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'Funky Midnight Mover': The Songs Of Wilson Pickett

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Wilson Pickett, photographed in 2003 with microphone in hand. i

Wilson Pickett, photographed in February 2003 during an appearance at an international blues festival in Melbourne, Australia. Regis Martin/Getty Images hide caption

toggle caption Regis Martin/Getty Images
Wilson Pickett, photographed in 2003 with microphone in hand.

Wilson Pickett, photographed in February 2003 during an appearance at an international blues festival in Melbourne, Australia.

Regis Martin/Getty Images

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Wilson Pickett was one of the male singers who defined 1960s soul, along with Sam Cooke, Marvin Gaye, Otis Redding and James Brown. Pickett was rough where Cooke and Gaye were smooth, urban where Redding was country, and lush where Brown was spare. Rhino Handmade has just released Funky Midnight Mover, a six-disc collection of Pickett's recordings for Atlantic, where he spent most of his career.

Pickett was born in 1941 in Alabama, the grandson of a preacher. But as a teenager, he fled the cotton fields to Detroit, where his father had moved earlier. He loved to sing and frequently went to Dayton, Ohio, where he performed a bit with a gospel group, The Violinaires.

When an up-and-coming Detroit vocal group, The Falcons, lost their lead singer, Pickett auditioned for them and they snapped him up. His familiarity with Dayton got The Falcons a club gig there, and they introduced "I Found a Love," a song Pickett had written with the group's bass singer, Willie Schofield. The response was so good that the group headed over to Cincinnati to record it at King Records, taking the Ohio Untouchables, the band that had been backing them. They were so powerful, they overloaded the microphones. But the song became a huge hit in early 1962.

It was a rich moment: Among the other Falcons were Eddie Floyd and Mack Rice, who became important singers and songwriters; and the leader of the Untouchables was guitarist Robert Ward, a blues master who left soon afterward for a solo career, leaving the rest of the band to eventually become the Ohio Players.

Pickett always had big ambitions, and he soon went solo, recording for a number of labels, most notably Lloyd Price's Double L. Jerry Wexler, at Atlantic Records, heard Pickett's version of "If You Need Me," and had Solomon Burke record it. Oddly, Atlantic made no effort to sign Pickett himself until mid-1964, and even then, his records didn't do very well.

It wasn't until May 1965 — when Wexler had the inspiration to try Pickett out in front of the Stax house band in Memphis — that they found the magic formula. Sitting in the studio with white guitarist Steve Cropper, Pickett found that the kid knew his gospel, and after fooling around for a while with something the Violinaires used to do, they made history, with the tune "In the Midnight Hour."

Writing songs with Cropper and two ex-Falcons, Rice and Floyd, both of whom were now working for Stax, Pickett scored two more smash hits, "634-5789" and "Ninety-Nine and a Half (Won't Do)," before record company politics dictated that he move to Fame Studios in Muscle Shoals, Ala., for the next sessions.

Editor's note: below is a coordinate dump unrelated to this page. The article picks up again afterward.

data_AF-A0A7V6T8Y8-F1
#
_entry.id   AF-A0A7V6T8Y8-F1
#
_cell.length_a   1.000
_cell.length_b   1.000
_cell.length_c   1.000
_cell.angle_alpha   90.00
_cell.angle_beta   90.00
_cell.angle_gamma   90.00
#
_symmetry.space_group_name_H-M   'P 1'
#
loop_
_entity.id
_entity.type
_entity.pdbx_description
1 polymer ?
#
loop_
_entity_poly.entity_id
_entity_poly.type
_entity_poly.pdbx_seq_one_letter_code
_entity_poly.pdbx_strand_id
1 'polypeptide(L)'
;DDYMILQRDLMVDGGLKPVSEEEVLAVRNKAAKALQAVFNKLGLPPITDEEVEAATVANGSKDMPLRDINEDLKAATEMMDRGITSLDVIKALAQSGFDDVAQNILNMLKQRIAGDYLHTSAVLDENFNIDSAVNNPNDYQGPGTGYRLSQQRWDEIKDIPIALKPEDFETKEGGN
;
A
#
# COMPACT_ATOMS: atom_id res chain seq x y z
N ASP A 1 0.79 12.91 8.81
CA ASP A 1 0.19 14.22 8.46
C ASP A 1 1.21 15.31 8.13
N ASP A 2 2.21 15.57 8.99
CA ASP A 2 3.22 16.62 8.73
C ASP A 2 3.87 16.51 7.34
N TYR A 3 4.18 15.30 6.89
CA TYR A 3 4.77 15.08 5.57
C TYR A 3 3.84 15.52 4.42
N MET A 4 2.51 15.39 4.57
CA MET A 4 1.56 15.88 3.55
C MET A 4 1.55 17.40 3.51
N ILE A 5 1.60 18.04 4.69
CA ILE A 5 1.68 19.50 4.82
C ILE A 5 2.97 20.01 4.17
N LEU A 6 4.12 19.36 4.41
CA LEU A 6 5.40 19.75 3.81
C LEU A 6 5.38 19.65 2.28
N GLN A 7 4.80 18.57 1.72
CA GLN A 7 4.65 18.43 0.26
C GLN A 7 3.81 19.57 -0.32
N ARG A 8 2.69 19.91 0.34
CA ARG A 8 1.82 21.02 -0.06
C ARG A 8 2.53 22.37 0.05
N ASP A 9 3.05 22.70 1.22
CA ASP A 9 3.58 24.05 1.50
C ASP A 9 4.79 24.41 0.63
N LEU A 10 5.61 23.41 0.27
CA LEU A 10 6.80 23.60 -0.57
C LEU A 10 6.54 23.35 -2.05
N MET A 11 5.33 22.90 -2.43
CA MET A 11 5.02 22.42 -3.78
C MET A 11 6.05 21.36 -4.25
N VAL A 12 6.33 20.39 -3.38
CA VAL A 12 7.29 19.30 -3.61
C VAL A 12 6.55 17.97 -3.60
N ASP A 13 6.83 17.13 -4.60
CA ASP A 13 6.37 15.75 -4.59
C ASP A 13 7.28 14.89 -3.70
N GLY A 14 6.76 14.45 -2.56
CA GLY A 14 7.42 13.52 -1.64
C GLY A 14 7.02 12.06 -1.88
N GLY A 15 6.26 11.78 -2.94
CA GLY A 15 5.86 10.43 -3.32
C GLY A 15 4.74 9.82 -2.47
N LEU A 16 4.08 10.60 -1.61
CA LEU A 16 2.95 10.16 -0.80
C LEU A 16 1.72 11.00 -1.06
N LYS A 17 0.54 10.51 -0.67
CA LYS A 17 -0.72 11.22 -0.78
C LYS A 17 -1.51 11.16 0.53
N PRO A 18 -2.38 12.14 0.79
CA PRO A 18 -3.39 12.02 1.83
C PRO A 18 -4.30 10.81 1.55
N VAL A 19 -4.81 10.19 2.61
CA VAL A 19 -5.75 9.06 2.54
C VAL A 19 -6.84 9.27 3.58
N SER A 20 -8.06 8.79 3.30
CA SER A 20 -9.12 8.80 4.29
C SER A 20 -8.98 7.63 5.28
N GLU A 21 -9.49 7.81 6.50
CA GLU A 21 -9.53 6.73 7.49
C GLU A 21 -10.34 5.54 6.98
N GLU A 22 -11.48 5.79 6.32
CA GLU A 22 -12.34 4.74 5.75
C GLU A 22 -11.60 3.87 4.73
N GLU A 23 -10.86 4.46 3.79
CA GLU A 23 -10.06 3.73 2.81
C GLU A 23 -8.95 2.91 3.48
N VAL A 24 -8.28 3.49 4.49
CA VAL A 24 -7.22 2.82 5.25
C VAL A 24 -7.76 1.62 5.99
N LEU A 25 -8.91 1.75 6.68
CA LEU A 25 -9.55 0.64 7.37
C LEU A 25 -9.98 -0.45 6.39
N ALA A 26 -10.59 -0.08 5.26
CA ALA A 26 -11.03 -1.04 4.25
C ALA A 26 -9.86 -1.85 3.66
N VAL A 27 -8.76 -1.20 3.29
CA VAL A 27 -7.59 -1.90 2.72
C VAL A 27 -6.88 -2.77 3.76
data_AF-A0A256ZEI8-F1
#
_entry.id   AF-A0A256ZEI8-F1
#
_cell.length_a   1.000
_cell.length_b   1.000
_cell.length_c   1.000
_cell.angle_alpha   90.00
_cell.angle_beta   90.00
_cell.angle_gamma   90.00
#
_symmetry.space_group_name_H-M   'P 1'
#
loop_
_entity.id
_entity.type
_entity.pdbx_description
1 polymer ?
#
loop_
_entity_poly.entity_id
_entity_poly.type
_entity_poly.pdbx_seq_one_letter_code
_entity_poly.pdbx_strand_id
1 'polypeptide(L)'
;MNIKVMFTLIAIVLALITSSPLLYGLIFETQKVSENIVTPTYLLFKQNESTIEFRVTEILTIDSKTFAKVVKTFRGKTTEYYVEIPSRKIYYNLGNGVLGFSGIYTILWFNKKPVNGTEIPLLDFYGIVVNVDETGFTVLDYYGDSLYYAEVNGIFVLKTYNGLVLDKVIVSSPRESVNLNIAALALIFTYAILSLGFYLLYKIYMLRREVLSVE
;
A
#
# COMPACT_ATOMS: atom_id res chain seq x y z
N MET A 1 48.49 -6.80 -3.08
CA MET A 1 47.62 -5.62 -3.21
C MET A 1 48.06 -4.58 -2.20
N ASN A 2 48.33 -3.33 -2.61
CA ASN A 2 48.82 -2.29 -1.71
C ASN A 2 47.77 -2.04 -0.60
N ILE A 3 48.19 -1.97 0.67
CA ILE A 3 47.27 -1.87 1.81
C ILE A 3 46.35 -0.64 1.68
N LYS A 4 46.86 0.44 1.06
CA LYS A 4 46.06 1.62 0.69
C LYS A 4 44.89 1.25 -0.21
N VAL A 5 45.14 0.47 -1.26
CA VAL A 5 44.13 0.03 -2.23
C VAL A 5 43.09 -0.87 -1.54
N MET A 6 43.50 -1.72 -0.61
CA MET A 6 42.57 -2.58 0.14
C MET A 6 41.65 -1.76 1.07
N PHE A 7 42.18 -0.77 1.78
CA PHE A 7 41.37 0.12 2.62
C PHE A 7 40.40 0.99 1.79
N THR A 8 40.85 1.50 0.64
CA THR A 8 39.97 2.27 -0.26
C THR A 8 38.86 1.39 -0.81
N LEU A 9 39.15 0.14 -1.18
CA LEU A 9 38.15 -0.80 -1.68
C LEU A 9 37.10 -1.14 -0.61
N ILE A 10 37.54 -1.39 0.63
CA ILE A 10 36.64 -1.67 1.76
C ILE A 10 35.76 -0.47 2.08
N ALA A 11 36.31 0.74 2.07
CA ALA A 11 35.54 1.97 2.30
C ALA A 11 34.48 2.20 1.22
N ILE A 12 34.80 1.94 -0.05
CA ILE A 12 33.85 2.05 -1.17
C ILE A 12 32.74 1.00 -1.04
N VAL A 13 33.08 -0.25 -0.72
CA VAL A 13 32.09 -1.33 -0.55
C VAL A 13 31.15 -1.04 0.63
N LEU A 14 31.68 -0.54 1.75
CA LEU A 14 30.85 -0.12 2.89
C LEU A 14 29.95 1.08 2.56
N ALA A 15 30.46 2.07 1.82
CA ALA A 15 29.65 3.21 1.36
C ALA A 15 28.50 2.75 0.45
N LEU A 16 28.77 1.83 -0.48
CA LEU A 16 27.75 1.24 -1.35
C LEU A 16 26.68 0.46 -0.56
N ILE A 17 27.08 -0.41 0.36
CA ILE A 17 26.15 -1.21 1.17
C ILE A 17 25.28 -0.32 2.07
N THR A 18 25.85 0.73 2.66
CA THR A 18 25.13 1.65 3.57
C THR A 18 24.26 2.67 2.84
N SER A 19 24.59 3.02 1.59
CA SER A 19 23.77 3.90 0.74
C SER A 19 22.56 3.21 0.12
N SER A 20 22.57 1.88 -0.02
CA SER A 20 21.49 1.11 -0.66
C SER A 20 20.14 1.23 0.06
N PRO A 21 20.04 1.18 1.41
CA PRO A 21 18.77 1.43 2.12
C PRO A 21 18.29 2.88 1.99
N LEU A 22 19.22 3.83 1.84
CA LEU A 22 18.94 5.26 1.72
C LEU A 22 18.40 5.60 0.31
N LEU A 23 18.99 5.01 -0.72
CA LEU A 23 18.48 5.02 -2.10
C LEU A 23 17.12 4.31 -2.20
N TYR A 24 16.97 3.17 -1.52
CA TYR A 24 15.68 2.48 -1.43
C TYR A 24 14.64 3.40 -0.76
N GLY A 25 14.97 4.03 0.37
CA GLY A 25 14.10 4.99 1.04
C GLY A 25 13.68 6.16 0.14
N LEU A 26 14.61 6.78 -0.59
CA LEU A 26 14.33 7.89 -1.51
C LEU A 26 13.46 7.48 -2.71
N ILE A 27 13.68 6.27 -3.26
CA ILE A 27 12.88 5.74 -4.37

Pretty much all of the music from this period is excellent, with top-notch songwriting, playing and, of course, singing. The biggest hit is "Mustang Sally," the song Pickett is best remembered for; it was written by Rice, who also recorded the original version of it, and given its title by Aretha Franklin, another Detroiter, who played keyboards on Rice's version. Pickett, however, turned it into history as 1966 turned into 1967.

Then, in January of 1969, he did something totally unexpected.

He'd been hanging out with Fame Studios' new guitarist, a tall blond kid from Florida named Duane Allman, and somehow this guy had convinced him to listen to The Beatles. Even more remarkably, when "Hey Jude" was released early in 1969, it did well on both the soul and the pop charts. Allman was to become a valuable part of Pickett's next few sessions, and so were covers of rock hits: "Born to be Wild," "Hey Joe," Vanilla Fudge's arrangement of "You Keep Me Hangin' On," and even the Archies' "Sugar Sugar," which he allegedly recorded on a bet that he could turn anything into a hit. And he did.

By 1970, though, squabbling between Atlantic and various studios reached such a pitch that the company decided to record Pickett in the new hot place, Philadelphia, and packed him off to work with Kenny Gamble and Leon Huff. The change did him good: The album Wilson Pickett in Philadelphia contained two more smash hits, "Don't Let the Green Grass Fool You" and "Engine Number 9."

Those two songs were Pickett's last hits on Atlantic, though. He soon left for RCA, where he had moderate success. And then, in 1977, he signed with a label Atlantic distributed called Big Tree. Disco was what was happening, and time hadn't been kind to Pickett, who was now carrying a reputation as a dangerous person to be around. The sessions were mostly uninspired, and buried in his last album was a song, "Lay Me Like You Hate Me," that maybe told too much about what was going on in his life.

It was 1978, and Pickett just couldn't make it happen any longer. He continued to tour and, occasionally, to record, but his reputation for violence made club owners wary of booking him, and his records didn't sell. He was inducted into the Rock and Roll Hall of Fame in 1991, but soon found himself in jail for fatally injuring a pedestrian with his car. He went back on the road after his release, but health problems laid him low, and he died in 2006 of a heart attack.

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